Posts Tagged ‘poems’
July 25, 2014 | by Jeffrey C. Johnson
How Keats coped with fever.
In 1821, three months after he learned of Keats’s death, Percy Shelley wrote Adonaïs: An Elegy on the Death of John Keats, in which he described the poet as a delicate, fragile young flower of a man:
Oh gentle child, beautiful as thou wert,
Why didst thou leave the trodden paths of men
Too soon, and with weak hands though mighty heart
Dare the unpastured dragon in his den?
That dragon was a cruel critic who had mocked Keats’s literary ambitions—John Gibson Lockhart, who, writing under the pseudonym Z, had scolded Keats as if he were a child, insisting in a review of Endymion that “it is a better and a wiser thing to be a starved apothecary than a starved poet; so back to the shop, Mr John, back to the ‘plasters, pills, and ointment boxes.’ ” Lockhart had classed Keats among the Cockney School of politics, versification, and morality, known—at least by readers of Blackwood’s Magazine—for its “exquisitely bad taste” and “vulgar modes of thinking.” In Shelley’s formulation, it was this bad review that sent Keats to an early grave, and gazing back through history, one begins to accept this two-part narrative of Keats’s legacy. The fallen poet had lived a life of abstractions—he was not only an aesthete, but the aesthete—and he had been, as Byron quipped, “snuffed out by an article,” too beautiful and frail for this harsh world.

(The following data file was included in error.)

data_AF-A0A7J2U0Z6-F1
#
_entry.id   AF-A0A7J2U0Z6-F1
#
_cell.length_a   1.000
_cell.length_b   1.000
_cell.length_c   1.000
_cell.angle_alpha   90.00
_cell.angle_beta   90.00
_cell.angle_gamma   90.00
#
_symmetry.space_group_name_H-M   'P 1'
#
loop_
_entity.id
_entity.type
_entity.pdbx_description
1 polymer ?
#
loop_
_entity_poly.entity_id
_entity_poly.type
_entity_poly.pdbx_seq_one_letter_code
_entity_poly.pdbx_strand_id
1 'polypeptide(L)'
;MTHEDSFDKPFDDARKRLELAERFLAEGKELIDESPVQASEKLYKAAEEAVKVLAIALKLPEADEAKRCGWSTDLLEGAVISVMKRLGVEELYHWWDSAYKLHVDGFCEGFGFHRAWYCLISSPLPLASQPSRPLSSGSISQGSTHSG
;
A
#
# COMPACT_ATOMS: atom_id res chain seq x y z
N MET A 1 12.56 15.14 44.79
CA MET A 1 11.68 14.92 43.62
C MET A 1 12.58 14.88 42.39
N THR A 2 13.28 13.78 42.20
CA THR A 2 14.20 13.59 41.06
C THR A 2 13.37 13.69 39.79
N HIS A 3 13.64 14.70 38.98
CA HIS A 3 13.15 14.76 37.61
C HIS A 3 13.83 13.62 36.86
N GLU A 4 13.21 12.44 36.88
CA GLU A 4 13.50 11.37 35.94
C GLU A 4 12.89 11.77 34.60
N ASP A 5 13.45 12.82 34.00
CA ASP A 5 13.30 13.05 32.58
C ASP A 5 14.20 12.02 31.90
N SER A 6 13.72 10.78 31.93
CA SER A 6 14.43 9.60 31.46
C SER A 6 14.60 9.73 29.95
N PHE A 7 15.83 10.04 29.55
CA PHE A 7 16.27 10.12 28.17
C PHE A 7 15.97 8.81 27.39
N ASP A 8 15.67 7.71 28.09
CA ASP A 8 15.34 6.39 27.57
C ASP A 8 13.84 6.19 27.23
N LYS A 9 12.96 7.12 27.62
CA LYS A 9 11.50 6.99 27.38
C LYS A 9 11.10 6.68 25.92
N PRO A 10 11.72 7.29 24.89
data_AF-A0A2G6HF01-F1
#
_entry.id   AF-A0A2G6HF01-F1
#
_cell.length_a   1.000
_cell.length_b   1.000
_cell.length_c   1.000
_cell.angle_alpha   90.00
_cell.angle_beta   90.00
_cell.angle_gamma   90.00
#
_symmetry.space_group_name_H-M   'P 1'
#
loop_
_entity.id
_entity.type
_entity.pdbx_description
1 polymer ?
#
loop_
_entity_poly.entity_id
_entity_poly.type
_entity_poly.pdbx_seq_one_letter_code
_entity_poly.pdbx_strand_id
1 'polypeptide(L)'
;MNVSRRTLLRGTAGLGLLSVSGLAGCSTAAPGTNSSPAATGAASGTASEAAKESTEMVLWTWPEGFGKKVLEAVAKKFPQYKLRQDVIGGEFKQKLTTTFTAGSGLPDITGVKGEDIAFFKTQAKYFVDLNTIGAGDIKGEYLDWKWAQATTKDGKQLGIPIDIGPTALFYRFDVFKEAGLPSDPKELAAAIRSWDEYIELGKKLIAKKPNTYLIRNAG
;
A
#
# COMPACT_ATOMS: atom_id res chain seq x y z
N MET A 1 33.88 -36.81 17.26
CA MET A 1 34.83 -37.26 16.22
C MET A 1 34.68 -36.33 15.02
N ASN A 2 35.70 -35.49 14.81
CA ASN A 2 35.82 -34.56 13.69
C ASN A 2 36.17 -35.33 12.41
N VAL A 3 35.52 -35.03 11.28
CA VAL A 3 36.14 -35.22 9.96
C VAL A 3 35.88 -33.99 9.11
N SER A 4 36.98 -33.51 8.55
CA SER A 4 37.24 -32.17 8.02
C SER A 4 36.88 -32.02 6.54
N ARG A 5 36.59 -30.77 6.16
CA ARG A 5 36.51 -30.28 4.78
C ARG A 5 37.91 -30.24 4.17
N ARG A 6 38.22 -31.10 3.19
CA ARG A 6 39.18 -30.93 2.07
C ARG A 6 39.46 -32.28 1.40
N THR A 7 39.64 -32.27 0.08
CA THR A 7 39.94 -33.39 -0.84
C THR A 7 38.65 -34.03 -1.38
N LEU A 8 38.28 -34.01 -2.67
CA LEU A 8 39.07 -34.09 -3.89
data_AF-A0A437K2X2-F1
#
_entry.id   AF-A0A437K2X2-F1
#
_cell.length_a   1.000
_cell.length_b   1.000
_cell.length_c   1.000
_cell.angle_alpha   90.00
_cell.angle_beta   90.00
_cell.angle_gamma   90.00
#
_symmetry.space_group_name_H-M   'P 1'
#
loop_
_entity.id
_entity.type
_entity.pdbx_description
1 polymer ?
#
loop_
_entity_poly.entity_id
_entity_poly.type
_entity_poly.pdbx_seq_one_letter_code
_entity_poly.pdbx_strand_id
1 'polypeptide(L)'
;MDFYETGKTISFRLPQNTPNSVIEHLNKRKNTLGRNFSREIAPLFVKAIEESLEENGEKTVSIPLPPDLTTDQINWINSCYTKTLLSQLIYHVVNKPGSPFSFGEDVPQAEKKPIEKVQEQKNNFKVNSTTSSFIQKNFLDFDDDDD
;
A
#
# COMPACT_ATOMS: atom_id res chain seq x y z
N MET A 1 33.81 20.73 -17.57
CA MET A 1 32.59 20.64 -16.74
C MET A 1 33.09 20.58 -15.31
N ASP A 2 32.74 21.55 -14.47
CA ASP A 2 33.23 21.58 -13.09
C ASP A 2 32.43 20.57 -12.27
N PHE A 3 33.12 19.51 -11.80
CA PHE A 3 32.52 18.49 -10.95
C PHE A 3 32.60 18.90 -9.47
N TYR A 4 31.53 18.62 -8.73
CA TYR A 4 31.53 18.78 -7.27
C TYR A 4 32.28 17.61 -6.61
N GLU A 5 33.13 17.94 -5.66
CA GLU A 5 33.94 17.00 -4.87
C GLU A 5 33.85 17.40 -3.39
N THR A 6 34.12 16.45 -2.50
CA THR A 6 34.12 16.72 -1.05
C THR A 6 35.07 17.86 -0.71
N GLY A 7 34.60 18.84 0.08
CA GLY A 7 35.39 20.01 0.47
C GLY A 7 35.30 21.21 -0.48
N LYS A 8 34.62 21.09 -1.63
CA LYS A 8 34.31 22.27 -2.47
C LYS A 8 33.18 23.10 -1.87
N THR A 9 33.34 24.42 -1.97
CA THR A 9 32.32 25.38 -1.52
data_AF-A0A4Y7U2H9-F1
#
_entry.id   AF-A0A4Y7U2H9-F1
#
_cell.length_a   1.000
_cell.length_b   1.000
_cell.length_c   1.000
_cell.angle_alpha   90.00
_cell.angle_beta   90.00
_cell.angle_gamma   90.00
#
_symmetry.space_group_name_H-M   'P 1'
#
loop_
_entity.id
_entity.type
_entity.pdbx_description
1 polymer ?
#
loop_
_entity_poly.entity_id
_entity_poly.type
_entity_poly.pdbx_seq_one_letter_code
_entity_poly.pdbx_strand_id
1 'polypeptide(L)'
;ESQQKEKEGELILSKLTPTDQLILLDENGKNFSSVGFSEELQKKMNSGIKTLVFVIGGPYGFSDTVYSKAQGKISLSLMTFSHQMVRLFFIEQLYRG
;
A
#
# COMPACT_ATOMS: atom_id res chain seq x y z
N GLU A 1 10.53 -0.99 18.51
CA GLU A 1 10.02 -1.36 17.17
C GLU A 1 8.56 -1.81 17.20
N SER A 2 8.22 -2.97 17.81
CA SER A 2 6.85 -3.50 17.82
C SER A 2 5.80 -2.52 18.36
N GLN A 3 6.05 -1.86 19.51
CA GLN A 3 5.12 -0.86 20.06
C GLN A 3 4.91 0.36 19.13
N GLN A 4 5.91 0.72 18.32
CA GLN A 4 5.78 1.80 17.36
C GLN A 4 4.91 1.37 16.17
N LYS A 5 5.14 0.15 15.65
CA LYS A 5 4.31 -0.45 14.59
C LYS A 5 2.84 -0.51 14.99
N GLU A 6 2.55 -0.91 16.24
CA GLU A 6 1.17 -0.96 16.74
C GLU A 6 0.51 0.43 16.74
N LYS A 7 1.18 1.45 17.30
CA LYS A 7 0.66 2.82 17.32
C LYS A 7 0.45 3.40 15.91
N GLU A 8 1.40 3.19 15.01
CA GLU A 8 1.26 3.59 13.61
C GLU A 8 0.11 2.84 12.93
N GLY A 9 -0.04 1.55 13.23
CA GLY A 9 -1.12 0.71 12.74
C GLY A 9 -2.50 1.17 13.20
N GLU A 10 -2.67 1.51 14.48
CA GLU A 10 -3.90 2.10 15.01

But Keats was immersed in the realities of life; his poetry and letters reveal an allegiance to radical politics as well as a concern with economic and scientific issues. Far from childlike and apolitical, he’s now thought of as having been “dangerous … a poet who embodied and gave voice to the anxieties and insecurities of his times … a poet whom the establishment would be obliged to silence,” as the scholar Nicholas Roe puts it. We often overlook, for instance, that Keats spent six years studying medicine, successfully earning a license to practice in London from the Society of Apothecaries—hence Lockhart’s insult about the “plasters, pills, and ointment boxes.” To think that he was “snuffed out by an article” trivializes the intense pain he experienced as his lungs were slowly consumed by tuberculosis, robbing him of his work, his love, and his life at the age of twenty-five.
The myth of the frail genius is attractive, even to contemporary readers, because of its quintessential Romanticism. But the truth is that Keats’s writings—especially when they seem fanciful or escapist—are grounded in real-world concerns. And nowhere is this more evident than in the letters and poems of his that deal with feverish suffering. Read More »
July 17, 2014 | by Chantal McStay